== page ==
16 Ways to Detox Your Lymphatic System



Thinking about doing a detox cleanse or reducing your chemical exposure? If you’ve been following along with our Common Household Chemicals to Avoid series, you know how easy it can be to start removing harmful chemicals from your home. Many people get discouraged when they go on a fast or start removing toxins from their lives because they feel sick or feel tired and don’t know why. Why would that happen? One reason may be that the lymphatic system is backed up and not able to keep up with the chemicals the body is trying to unload.


A peak functioning lymphatic system is key to health and vitality, but this critically important part of the body is one that most people don’t appreciate or know much about. Your lymphatic system is your body’s built-in sanitation center, the plumbing that carries away and filters out poisonous waste products from every cell, tissue and organ. It absorbs fats and fat-soluble vitamins from the digestive tract and delivers them to the cells of the body. It is also an essential part of the immune system that maintains fluid levels, fights infection and produces disease fighting white blood cells. Twice as extensive as the arterial blood supply system which brings oxygen and nutrients to the cells, the lymph is the take away garbage collector and is the largest circulatory system in the body. But, the lymphatic system needs your help to move the fluid through the body because it doesn’t have an automatic pump like the heart, which moves the blood in the circulatory system.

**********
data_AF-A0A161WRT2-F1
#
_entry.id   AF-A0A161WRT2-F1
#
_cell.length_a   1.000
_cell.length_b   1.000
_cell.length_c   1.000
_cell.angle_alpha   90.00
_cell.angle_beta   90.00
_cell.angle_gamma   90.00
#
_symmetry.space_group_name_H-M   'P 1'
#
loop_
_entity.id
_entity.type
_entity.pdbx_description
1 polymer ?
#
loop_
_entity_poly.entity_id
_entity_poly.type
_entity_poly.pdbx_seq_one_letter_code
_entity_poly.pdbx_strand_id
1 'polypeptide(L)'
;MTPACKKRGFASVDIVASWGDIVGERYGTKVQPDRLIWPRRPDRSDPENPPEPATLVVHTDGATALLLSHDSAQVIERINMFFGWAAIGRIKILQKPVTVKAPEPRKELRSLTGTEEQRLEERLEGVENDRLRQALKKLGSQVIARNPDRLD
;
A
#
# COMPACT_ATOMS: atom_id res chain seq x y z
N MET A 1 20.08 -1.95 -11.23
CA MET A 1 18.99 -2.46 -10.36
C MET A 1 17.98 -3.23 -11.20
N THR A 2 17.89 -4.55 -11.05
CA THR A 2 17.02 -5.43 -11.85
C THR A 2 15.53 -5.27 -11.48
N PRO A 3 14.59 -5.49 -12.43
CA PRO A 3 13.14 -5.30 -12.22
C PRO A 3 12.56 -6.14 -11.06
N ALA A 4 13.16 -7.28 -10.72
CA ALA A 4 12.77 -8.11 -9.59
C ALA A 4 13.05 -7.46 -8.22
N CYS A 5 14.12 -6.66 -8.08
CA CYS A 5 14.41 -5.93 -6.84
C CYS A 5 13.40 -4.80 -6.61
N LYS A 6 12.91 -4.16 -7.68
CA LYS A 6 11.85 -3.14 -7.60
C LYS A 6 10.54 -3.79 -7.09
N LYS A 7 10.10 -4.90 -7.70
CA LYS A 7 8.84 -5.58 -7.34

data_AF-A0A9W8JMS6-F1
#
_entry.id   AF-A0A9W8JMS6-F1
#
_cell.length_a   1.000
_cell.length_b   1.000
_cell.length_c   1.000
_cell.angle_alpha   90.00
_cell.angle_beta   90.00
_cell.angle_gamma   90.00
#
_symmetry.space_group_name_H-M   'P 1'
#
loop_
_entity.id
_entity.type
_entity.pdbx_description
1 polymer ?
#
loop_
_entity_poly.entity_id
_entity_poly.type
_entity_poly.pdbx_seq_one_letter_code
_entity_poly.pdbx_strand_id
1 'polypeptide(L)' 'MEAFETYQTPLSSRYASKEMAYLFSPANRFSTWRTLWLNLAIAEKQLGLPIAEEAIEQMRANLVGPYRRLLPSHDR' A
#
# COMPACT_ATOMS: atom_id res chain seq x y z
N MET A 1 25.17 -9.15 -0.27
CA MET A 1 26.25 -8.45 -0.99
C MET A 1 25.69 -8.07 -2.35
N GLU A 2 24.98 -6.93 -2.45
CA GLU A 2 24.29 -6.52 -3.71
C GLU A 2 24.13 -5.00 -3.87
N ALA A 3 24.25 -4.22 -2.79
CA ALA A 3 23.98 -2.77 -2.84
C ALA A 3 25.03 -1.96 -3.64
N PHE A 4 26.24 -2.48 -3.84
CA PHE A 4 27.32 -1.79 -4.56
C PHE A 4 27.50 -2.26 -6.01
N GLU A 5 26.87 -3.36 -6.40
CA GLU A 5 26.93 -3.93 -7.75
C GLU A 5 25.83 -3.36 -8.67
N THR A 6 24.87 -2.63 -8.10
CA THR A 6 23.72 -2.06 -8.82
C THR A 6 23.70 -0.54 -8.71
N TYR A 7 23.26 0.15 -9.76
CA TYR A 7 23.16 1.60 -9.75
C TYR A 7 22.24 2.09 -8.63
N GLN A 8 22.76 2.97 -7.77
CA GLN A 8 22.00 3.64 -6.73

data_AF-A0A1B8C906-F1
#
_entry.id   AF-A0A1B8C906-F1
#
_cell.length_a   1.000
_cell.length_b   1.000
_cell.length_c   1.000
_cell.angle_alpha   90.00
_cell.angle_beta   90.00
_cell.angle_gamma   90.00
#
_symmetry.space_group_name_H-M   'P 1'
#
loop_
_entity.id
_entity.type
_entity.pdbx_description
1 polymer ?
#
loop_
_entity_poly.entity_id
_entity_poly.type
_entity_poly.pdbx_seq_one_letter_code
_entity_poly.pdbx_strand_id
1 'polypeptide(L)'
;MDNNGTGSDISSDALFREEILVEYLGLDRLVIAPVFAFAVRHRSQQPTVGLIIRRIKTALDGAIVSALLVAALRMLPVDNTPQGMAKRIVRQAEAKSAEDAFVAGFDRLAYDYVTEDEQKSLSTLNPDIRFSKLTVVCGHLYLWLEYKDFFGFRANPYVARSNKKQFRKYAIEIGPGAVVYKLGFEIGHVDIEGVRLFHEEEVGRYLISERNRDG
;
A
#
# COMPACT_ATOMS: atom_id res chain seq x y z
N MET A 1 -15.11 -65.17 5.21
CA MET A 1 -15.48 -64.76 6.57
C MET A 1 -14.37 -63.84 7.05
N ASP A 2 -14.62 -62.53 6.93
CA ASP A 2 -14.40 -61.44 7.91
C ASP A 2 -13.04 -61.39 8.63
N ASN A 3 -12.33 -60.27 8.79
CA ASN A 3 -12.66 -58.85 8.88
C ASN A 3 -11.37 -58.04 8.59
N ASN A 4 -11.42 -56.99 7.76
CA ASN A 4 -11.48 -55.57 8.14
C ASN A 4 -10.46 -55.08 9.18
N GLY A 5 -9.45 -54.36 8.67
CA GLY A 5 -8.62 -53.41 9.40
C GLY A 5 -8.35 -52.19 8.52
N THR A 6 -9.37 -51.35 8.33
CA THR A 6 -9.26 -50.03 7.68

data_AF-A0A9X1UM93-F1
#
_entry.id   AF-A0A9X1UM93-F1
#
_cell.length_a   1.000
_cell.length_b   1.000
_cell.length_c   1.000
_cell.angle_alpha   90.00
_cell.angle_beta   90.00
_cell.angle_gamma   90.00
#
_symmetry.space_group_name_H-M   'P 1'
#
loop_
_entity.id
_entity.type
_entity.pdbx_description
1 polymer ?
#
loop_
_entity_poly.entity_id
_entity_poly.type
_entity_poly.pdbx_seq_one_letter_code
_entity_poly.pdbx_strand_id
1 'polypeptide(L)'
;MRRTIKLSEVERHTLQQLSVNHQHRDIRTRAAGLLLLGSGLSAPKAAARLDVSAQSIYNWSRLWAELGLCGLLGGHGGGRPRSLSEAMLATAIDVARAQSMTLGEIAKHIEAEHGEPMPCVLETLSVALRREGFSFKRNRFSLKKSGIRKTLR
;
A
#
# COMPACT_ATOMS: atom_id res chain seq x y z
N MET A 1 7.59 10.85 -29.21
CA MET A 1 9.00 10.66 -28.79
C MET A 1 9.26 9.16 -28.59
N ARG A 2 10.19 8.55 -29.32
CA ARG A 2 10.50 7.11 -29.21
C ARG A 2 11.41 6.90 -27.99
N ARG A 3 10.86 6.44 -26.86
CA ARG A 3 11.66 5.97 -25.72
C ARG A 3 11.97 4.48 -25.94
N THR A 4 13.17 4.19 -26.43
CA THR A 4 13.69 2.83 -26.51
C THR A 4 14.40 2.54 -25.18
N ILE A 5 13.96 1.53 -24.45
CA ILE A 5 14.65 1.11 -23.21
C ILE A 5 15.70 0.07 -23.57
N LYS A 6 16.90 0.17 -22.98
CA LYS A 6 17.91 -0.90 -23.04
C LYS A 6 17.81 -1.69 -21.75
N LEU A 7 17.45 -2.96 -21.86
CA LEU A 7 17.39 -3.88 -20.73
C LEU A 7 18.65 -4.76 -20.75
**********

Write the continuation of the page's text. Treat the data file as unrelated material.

• Lymphatic vessels – a system of vessels distributed all over the body, gathering clear lymphatic fluid, which surrounds the cells. Lymphatic fluid collects and takes metabolic cellular waste, dead cells, and toxins towards the subclavian veins at the base of the neck to be event
    ually eliminated through sweat, urine, and through the bowels.
  • Lymphocytes – the primary cells of the lymphatic system. There are two major classes of lymphocytes: T cells and B cells. The T cells mature in the thymus, kill invaders, destroy abnormal cells and direct the actions of other lymphocytes. The B cells mature in the bone marrow and produce antibodies that combine with antigens of foreign cells, labeling those cells for destruction.
  • Lymph nodes – filtering stations  where lymphocytes along with macrophages (another type of white blood cell) engulf and destroy bacteria and other foreign substances in the lymphatic fluid.
  • Tonsils, Adenoids, Appendix, and Peyer’s patches – small masses of lymphatic tissue that prevent infection in areas where bacteria is abundant.
  • Thymus – a small gland under your breastbone that helps produce white blood cells.
  • Spleen – the organ connected with lymph system that produces lymphocytes.
  • Bone marrow  – where lymphocytes (a type of white blood cell) are born.

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